The fall usually marks the beginning of the school year, seasonally cooler weather, and a seasonally cooler housing market. But, this year, the housing market’s typical autumn slowdown is more pronounced as rapidly rising interest rates discourage buyers and sellers from entering the market. The housing market is not immune to business cycles, and the current rising mortgage rate environment makes conditions difficult for the housing market. But there are fundamental and long-term drivers of housing demand that will position the housing market to rebound once the dust settles from the current challenging economic conditions. One of those drivers is education.
We’re often told that education is the key to a more secure financial future. Most people spend at least 12 years of their lives as students and even more if they pursue higher education. But does more education equate to increased earning potential? And, if so, does the increased earning potential translate to a greater likelihood of becoming a homeowner? If education is the key to a more secure financial future, and in turn homeownership, then millennials are on the right track.
“Millennials’ pursuit of higher education is good news for the housing market in the long run, because education is the key to unlock both greater earning power and, in turn, homeownership.”
Does More Education Equate to Higher Earnings?
The millennial generation, those between the ages of 25 and 40 in 2021, is the largest living adult generation. Many millennials are well into their careers, while others are still in school. According to our research, millennials are the most educated generation in American history.
Approximately 38 percent of millennials have a bachelor’s degree or higher, compared with 32 percent of Generation X and 15 percent of baby boomers when they were the same age. Millennials also earned their bachelor’s degrees much faster than previous generations. By their mid-40s, 30 percent of baby boomers had a bachelor’s degree or higher, Generation X reached that mark by their late 20s, but millennials achieved the same educational milestone by their mid-20s.
However, education takes time and money. Millennials have delayed key lifestyle decisions in favor of investing in the pursuit of education, pushing marriage and family formation to their early-to-mid-30s. Previous generations made these lifestyle choices in their 20s. Marriage and family formation are two of the most powerful motivations for homeownership, so these delayed lifestyle choices tend to also delay the desire for homeownership. However, when the time comes to become a homeowner, the earning power benefits of higher educational attainment are real.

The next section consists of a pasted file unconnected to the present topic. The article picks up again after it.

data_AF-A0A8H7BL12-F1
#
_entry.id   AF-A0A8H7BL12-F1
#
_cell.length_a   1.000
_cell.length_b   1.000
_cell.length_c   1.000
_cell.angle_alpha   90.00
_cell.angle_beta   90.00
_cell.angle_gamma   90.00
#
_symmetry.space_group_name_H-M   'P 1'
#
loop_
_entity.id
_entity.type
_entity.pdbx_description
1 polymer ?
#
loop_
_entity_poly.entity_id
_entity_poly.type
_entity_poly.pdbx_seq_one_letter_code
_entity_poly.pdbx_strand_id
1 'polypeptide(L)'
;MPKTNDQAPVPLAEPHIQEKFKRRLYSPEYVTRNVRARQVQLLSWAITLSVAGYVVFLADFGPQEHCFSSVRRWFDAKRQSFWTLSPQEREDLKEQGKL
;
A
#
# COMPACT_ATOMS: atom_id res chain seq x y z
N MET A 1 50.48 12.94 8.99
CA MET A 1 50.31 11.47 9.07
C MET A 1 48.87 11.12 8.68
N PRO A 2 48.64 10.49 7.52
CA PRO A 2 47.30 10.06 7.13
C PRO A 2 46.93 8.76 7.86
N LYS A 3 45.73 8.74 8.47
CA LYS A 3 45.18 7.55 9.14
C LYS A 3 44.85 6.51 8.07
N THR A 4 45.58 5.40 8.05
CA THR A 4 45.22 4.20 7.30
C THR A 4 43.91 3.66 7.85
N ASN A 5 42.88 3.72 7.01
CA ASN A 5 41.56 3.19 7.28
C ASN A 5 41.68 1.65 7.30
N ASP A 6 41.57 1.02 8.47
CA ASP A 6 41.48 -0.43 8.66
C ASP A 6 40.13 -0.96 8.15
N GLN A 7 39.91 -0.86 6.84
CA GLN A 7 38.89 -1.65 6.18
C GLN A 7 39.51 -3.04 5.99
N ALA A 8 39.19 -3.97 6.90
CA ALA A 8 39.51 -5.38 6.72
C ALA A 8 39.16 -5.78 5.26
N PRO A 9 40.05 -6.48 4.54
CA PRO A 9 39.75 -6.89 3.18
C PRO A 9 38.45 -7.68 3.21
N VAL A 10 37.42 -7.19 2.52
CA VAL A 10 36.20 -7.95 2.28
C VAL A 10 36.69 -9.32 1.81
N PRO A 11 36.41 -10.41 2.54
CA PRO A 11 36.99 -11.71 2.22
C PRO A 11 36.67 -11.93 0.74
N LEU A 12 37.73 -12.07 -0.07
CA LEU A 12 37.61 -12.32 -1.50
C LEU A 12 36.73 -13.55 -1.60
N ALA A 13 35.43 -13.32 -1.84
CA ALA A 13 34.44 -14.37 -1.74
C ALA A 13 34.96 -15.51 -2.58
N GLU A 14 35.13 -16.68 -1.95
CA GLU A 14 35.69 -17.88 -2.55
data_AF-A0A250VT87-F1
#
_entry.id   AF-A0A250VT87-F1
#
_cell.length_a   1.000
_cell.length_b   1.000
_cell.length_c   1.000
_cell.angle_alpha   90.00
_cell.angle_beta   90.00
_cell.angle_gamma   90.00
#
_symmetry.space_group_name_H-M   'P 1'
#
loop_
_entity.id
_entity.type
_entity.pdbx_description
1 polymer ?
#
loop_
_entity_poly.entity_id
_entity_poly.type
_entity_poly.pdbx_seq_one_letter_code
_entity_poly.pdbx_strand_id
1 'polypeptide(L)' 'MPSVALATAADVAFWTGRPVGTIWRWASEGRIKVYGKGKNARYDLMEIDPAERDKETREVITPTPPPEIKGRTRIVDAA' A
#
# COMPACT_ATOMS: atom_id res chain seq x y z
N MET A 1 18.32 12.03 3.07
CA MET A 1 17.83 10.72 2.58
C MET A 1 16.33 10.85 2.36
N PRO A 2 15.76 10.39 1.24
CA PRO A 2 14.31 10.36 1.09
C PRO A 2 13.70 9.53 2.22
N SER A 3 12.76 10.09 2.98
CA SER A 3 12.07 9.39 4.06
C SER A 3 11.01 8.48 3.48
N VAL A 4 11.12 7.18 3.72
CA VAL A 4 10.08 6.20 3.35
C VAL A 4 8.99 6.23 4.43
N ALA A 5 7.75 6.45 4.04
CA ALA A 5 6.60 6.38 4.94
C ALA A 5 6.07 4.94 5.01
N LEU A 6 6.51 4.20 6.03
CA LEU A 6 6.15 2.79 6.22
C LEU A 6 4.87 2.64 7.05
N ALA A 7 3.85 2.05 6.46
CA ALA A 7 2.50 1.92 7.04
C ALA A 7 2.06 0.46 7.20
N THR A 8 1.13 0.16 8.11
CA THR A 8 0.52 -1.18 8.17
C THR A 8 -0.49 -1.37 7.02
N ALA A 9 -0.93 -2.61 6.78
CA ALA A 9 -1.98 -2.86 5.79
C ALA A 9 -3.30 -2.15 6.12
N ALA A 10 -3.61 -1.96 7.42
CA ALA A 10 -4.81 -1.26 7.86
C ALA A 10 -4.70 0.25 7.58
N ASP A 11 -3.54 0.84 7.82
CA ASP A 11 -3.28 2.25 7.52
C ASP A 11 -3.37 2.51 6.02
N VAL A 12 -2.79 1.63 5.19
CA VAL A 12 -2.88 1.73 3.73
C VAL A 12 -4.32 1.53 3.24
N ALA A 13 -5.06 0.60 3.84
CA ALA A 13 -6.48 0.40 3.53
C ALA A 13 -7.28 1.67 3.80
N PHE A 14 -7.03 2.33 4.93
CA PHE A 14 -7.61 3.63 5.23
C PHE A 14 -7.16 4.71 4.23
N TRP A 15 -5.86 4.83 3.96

The Investment Pays Off
In 2020, millennials with a bachelor’s degree had a median household income of over $100,000, while those with at least a graduate degree had a median household income of over $120,000. Compare those income levels with the median household income of millennials with just a high school degree (or some college) of $60,000 and the earning power benefits of higher education are undeniable. The income difference is even more stark when compared with millennials with no high school degree, who have a median household income of $35,000, further underscoring the importance of and connection between educational achievement and earning power.
Higher household income has positive implications for house-buying power, and as it turns out, the likelihood of purchasing a home. The homeownership rate for millennials with a bachelor’s degree in 2021 was 9 percentage points higher than those with just a high school degree. Nevertheless, we know that millennials have a lower homeownership rate compared with their generational predecessors. At age 30, 42 percent of millennials owned homes, compared with 48 percent of Gen Xers at the same age. Yet, millennials have significantly narrowed this gap as they move into a new phase of their lives. At the same age of 40, the millennial homeownership rate is 60.3 percent, while Gen X stood at 63.5 percent.
The importance of education in homeownership continues to increase over time. The impact of educational attainment on the likelihood of homeownership has more than doubled in 20 years. In 2000, the difference in the homeownership rate between those with a high school degree and those with a college degree was 3.7 percentage points. By 2021, this gap more than double to 7.5 percentage points. Millennials' pursuit of higher education is good news for the housing market in the long run, because education is the key to unlocking both greater earning power and, in turn, homeownership.
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